Kiran.I want to kick it over to you so you can kind of kick things off and our discussion today.Lenny, you have an incredible background.I know we've talked before, and you may want to give the audience some context of, you know, your kind of Journey and Tack or at least at Airbnb.The thing we would really love to start on is in relation to that.
      What if anything is being different or the same about growing like a Content audience, an audience for Content mediums and that you managed to bring some of those learnings from Airbnb into what you're doing today.Like I'm really interested in how this stuff that you used to do translates to what you do today.I think what's most interesting is it's very few things translates.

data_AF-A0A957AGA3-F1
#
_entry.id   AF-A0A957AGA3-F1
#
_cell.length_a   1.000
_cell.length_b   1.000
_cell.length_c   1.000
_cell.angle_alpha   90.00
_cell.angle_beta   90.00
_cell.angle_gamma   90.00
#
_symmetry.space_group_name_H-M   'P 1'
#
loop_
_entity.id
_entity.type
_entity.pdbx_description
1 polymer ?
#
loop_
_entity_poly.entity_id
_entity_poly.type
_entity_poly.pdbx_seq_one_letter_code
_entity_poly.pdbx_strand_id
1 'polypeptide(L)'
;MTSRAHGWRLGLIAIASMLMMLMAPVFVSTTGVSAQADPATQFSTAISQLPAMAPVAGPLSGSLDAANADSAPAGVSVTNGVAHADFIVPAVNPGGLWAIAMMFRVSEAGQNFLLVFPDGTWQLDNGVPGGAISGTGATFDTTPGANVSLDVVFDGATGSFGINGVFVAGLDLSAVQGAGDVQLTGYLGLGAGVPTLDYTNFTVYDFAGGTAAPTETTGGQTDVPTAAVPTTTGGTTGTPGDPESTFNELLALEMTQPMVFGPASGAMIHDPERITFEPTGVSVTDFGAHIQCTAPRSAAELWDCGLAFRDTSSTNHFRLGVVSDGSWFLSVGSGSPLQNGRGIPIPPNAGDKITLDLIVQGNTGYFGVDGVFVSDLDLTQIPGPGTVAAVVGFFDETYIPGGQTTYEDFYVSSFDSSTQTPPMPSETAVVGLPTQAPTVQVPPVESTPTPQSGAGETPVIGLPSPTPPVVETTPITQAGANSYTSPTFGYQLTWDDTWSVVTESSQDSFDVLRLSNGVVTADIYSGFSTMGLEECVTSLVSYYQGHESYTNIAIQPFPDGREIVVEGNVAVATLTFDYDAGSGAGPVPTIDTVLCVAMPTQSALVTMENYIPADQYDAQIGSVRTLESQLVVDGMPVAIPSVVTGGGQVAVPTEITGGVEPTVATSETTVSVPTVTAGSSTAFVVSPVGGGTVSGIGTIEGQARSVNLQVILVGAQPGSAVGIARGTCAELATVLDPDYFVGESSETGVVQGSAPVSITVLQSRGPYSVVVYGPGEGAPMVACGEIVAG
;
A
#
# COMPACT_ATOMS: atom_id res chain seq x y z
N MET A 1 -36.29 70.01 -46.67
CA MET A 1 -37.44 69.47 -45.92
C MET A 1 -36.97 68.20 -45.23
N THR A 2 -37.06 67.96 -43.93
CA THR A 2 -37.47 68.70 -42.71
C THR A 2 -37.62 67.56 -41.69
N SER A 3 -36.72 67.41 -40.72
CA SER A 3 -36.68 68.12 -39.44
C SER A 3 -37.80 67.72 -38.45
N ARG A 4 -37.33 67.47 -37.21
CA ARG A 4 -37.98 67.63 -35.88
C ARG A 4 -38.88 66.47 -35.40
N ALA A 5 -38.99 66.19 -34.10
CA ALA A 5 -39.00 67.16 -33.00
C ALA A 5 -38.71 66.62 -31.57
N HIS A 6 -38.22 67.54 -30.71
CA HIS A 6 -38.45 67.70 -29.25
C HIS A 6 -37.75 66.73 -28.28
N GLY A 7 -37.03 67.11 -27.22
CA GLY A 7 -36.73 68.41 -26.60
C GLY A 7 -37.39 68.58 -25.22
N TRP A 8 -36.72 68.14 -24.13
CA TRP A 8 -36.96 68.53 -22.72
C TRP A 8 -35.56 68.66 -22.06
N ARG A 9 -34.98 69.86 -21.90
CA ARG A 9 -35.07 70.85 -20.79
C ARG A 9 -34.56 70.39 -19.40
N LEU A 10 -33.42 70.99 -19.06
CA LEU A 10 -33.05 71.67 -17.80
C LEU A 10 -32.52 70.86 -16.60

That's interesting.Yeah so I LED supply growth at Airbnb for a long time and then I led the team that helped the booking experience help it help you book on Airbnb.So basically optimizing conversion and so I spent a lot of time on growth but interestingly what I found with the newsletter and with the podcast is nothing, helps it grow.
      Other than just consistency and quality of content, no hacks, you know?Like once in a while there's a couple spikes here and there but there's no nothing like sustainable helps.It grow other than just consistently putting out good stuff.Like like I was just going to say I tried referrals, I tried paid ads, I tried guest posts and those that helped early on, there's a few things that help early on just any get get kick-started.